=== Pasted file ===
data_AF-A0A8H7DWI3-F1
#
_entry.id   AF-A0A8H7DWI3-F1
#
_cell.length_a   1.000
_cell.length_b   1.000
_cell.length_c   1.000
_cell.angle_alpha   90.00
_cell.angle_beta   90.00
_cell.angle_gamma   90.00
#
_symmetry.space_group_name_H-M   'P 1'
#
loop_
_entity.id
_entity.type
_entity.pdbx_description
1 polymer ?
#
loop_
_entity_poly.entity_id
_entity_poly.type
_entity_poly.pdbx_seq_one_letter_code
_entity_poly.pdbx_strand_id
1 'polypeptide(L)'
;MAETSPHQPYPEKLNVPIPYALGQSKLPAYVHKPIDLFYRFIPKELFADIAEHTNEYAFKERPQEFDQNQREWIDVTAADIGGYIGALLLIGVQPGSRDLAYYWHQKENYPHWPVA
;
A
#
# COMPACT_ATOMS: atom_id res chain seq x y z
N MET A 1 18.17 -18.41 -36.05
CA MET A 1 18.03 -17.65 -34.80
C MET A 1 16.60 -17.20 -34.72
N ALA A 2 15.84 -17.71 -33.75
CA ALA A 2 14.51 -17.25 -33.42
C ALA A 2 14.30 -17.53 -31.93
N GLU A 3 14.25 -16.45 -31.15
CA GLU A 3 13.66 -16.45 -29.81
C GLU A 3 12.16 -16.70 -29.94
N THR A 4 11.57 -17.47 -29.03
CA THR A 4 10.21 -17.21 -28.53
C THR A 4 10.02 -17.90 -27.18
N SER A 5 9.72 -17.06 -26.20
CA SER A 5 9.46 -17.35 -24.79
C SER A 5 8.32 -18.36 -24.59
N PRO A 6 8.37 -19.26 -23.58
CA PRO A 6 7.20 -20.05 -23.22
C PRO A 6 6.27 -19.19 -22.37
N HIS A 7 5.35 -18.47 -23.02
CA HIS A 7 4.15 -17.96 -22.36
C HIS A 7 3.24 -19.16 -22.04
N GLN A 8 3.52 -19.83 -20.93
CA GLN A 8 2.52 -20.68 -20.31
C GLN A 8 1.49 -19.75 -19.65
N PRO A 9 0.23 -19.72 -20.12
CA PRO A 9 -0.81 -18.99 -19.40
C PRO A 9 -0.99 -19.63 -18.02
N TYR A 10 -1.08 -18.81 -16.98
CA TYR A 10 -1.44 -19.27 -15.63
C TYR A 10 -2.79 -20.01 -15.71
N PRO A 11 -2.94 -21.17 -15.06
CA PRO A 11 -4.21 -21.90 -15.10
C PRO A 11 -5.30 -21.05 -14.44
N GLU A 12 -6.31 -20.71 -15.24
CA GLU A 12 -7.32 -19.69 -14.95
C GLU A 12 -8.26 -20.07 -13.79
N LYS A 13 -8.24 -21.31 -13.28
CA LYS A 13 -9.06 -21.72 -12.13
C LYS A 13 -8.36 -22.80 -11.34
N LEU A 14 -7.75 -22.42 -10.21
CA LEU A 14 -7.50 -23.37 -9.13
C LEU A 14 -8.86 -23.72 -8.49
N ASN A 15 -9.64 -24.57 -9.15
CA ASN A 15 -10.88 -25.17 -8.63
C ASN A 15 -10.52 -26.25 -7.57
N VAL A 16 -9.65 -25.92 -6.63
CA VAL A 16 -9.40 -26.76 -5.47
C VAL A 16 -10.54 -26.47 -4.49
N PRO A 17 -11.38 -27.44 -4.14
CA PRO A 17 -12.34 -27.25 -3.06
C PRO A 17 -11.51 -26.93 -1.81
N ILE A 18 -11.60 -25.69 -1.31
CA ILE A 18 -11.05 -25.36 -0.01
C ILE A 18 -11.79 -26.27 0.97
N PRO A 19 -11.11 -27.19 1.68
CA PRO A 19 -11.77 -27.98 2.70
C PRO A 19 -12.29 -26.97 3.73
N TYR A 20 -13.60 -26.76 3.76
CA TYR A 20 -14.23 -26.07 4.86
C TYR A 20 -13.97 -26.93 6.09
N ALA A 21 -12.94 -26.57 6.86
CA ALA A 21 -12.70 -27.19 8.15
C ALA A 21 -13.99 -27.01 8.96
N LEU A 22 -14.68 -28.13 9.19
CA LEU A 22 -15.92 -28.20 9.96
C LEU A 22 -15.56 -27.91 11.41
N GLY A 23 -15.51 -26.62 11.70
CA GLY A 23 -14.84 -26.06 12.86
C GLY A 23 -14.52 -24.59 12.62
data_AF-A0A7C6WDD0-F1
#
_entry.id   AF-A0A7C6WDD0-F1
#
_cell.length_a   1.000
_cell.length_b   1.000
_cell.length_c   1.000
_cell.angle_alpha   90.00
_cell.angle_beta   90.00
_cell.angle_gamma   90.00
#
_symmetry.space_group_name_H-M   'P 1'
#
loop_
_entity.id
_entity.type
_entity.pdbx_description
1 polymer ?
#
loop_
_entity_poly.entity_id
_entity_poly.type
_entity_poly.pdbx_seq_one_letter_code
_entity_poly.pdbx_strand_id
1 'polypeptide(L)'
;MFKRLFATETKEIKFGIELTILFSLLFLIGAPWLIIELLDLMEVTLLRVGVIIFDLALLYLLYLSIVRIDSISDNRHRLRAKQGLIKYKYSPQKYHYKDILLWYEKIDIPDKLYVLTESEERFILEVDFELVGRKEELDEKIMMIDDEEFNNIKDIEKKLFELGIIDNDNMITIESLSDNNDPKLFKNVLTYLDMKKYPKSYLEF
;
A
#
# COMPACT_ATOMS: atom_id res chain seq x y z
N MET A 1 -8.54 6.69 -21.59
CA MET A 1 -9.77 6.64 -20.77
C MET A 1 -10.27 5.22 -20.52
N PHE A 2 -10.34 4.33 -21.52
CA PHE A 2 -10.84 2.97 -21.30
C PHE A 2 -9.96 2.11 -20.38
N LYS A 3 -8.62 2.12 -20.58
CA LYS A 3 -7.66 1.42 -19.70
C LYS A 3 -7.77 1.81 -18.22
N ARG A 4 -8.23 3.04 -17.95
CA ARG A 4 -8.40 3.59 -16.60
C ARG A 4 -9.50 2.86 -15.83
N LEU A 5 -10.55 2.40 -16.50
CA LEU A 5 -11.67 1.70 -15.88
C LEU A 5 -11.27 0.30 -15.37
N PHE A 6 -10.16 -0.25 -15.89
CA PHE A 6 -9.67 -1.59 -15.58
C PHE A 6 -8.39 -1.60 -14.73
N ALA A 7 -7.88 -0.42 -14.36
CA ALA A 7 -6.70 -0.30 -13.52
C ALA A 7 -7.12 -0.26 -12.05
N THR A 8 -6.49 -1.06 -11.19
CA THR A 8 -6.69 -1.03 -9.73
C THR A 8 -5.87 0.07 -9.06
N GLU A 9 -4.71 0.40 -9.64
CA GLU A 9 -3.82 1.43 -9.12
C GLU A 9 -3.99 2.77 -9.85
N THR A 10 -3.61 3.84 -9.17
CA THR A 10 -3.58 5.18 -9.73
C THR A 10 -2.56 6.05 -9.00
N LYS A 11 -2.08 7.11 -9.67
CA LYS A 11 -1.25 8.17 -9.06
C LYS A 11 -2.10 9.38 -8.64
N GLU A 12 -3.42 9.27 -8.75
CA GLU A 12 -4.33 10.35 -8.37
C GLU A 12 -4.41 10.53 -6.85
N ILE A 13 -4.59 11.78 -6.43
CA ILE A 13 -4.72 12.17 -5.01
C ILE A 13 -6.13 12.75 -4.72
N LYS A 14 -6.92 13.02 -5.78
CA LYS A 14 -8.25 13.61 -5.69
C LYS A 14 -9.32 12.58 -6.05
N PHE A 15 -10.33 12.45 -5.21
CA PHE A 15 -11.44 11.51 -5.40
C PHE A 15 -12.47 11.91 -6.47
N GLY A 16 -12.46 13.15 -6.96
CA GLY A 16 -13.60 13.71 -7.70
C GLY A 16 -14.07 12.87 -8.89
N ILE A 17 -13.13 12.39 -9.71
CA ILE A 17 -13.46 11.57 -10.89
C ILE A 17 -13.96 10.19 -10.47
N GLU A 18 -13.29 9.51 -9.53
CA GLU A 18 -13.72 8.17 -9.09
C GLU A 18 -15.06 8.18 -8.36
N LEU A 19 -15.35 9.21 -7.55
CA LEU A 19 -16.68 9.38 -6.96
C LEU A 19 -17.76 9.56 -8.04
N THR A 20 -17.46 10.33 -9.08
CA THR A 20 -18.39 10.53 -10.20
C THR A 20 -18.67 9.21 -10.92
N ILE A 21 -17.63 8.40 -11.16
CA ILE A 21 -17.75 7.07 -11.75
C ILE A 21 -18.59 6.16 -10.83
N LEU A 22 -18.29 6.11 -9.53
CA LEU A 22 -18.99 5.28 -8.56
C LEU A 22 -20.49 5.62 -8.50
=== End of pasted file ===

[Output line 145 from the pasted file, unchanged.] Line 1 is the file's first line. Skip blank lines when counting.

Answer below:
N PHE A 6 -10.16 -0.25 -15.89